Thursday, 25 November 2021

Moore Hall


The family of MOORE claimed descent from THE RT HON SIR THOMAS MORE, statesman and Lord Chancellor to HENRY VIII.

THOMAS MORE, born at Chilston, near Madley, in Herefordshire, married Mary, daughter of John ApAdam, of Flint, and had a son,

GEORGE MOORE, who settled at Ballina, County Mayo, Vice-Admiral of Connaught during the reign of WILLIAM III.

He wedded Catherine, daughter of Robert Maxwell, of Castle Tealing, Scotland, by Edith his wife, daughter of Sir John Dunbar, and was father of

GEORGE MOORE, of Ashbrook, County Mayo, living in 1717, who married Sarah, daughter of the Rev John Price, of Foxford, County Mayo, by his wife, Edith Machen, of the city of Gloucester, and by her had two sons,
George, of Cloongee;
JOHN, of whom we treat.
The younger son,

JOHN MOORE, of Ashbrook, County Mayo, born ca 1700, espoused Jane, daughter of Edmund Athy, and had issue,
Robert, dsp 1783;
GEORGE, of whom presently;
Edmund, of Moorbrook;
Sarah; Jane.
His second son,

GEORGE MOORE (1729-99), of Moore Hall, Ashbrook, and Alicante, Spain, married, ca 1765, Catherine, daughter of Dominick de Killikelly, of Lydacan Castle, County Galway, and had issue,
John, 1763-99;
GEORGE, of whom hereafter;
The second son,

GEORGE MOORE (1770-1840), of Moore Hall, wedded, in 1807, Louisa, daughter of the Hon John Browne, sixth son of John, 1st Earl of Altamont, and had issue,
GEORGE HENRY, his heir;
Arthur Augustus.
The eldest son,

GEORGE HENRY MOORE JP DL (1810-70), MP for County Mayo, 1847-57, 1868-70, High Sheriff of County Mayo, 1867, espoused, in 1851, Mary, eldest daughter of Maurice Blake, of Ballinafad, County Mayo, and had issue,
Maurice George, CB, Colonel, Connaught Rangers;
Augustus George Martin;
Henry Julian;
Nina Mary Louisa.
He was succeeded by his eldest son,

GEORGE AUGUSTUS MOORE (1852-1933), of Moore Hall and Ebury Street, London, High Sheriff of County Mayo, 1905, who died unmarried.

George Henry Moore (Image: Wikipedia)

THE MOORES had originally been an English Protestant settler family.

The father of George Moore (1729-99), John Moore, converted to catholicism when he married Jane Lynch Athy from one of the principal Catholic families in County Galway.

Using her connections among the "Wild Geese," Irish Jacobite exiles in Spain, Jane supported her son in getting established in the wine import business in Alicante, Spain.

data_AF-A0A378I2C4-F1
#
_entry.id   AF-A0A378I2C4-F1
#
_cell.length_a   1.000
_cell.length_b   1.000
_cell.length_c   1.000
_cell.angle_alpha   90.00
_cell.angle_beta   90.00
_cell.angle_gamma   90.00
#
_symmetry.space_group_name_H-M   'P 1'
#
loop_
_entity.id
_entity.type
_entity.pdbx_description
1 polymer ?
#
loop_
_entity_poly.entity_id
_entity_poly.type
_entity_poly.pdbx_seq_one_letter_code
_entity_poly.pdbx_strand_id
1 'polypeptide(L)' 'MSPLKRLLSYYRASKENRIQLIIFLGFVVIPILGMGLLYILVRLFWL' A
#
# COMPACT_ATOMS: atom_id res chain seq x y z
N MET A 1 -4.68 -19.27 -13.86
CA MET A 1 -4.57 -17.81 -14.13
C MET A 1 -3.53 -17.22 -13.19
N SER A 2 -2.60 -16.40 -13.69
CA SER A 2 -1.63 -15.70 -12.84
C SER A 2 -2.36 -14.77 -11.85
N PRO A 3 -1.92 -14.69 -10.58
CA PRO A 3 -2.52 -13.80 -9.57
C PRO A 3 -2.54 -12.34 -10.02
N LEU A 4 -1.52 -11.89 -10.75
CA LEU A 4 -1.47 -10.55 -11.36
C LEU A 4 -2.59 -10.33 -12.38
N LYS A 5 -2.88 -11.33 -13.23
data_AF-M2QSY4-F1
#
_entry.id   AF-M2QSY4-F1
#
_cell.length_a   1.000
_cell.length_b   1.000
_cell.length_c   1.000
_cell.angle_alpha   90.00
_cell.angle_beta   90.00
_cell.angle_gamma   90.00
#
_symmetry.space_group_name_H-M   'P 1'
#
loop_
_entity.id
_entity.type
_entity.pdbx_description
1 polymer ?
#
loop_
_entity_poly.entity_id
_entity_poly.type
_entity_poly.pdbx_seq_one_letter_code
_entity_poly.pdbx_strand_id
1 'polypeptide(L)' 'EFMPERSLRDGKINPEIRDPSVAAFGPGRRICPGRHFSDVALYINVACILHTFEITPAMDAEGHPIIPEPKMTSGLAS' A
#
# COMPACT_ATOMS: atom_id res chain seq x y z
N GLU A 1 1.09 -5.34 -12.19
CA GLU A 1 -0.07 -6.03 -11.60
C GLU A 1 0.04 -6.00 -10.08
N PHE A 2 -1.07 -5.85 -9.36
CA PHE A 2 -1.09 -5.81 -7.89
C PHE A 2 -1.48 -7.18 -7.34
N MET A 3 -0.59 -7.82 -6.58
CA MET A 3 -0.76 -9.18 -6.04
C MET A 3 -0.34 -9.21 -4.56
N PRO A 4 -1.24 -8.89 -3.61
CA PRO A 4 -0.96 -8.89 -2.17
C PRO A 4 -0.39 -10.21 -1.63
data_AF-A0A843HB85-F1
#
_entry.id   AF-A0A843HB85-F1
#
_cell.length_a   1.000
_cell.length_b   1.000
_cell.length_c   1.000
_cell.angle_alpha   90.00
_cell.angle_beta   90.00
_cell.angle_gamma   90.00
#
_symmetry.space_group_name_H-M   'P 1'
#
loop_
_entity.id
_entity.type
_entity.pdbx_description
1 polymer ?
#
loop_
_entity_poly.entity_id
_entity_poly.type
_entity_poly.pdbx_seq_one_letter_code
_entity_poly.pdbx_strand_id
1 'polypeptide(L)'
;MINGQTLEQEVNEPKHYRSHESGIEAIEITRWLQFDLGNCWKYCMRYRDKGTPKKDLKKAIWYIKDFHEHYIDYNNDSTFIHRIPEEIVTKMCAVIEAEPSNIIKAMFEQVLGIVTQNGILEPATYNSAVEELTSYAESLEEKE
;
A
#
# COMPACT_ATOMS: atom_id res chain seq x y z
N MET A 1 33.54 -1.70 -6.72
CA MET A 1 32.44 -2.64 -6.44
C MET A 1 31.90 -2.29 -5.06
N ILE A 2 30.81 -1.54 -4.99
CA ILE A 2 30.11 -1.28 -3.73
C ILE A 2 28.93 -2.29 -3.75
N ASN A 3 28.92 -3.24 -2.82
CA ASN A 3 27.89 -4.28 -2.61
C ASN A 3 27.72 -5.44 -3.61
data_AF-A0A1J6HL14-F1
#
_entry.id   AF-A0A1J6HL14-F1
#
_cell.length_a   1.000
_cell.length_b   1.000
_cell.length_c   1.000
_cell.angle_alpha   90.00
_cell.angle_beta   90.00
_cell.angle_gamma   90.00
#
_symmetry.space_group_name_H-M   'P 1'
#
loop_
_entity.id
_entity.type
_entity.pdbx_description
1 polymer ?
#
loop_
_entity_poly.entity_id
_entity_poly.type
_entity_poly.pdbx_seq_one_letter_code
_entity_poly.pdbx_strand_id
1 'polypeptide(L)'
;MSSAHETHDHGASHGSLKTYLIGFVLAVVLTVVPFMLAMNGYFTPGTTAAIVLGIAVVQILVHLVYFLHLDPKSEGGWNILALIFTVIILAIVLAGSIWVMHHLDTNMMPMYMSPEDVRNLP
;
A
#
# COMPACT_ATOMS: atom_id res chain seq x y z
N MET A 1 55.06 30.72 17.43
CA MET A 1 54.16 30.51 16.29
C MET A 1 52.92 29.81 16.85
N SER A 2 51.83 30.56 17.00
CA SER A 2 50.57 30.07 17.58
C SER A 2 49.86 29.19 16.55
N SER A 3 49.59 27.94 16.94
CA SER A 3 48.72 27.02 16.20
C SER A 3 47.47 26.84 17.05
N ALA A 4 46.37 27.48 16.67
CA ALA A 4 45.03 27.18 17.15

He subsequently changed his religion, and married, in I765, Katherine de Kilikelly, an Irish Catholic raised in Spain.

George made his fortune and returned to erect Moore Hall in 1792, above the shore of Lough Carra.
"He thus solidified the shift of the family from being New English settlers of Protestant faith to their nineteenth-century identity as Irish Catholic landlords who had never been humbled by the "Penal Laws" — that set of regulations aimed at limiting the property and power of Irish Catholics, and put in force after William of Orange routed James II at the Battle of the Boyne in 1688."

"The change in the confessional identity of the Moore family, like the circumstances of G H Moore's death, is important to the story of George Moore. These matters would one day be the occasion of a quarrel about family history that broke up the surviving Moore brothers, saw Moore Hall become vacant, and scattered the last generation of Moores abroad."

"Of the four sons of George Moore of Alicante, the eldest was John Moore (1763-99), a scapegrace trained in Paris and London for the law, and for a few days in 1798 the first President of the Republic of Connaught."

"Aided by French invaders at Killala, John Moore participated in the surprise victory of General Humbert over a British garrison at Castlebar on 27 August 1798, assumed nominal leadership of the rebels, then got captured after the rout of the small Irish forces."

"President Moore died while under house arrest in a Waterford tavern. The second son of Moore of Alicante was a mild-tempered man, also named George Moore. A gentleman scholar rarely out of his library, he wrote histories of the English and French revolution, something in the manner of Gibbon."

"Moore the historian had three sons by Louisa Browne, the first being George Henry Moore, the only one of the three not to die by a fall from a horse."
Moore Hall (Image: Robert French)

MOORE HALL, near Ballyglass, County Mayo, is a Georgian mansion built between 1792-6 by George Moore.

It comprises three storeys over a basement, with an entrance front of two bays on either side of a centre breakfront; including a triple window, and fluted pilasters on console brackets.

There is a Venetian window above the entrance doorway, beneath a single-storey Doric portico.

The house was burnt by the IRA in 1923, and is now a ruinous shell.

Colonel Maurice Moore, CB, had intended to rebuild the house, albeit on a smaller scale.

Moore Hall (Image: Comhar - Own work, Public Domain,

Colonel Moore's elder brother, George Augustus Moore, died in 1933, leaving  an estate valued at £70,000 (about £5.1 million in 2021).

His ashes were buried on Castle Island in Lough Carra.


Rob said...

It saddens me to see a house like that in ruins.

magillpeter said...

The house and lands have now been acquired by Mayo County Council and there is a development plan for the restoration of the house with work already underway on the walled garden. This is a long term plan which will require major investment.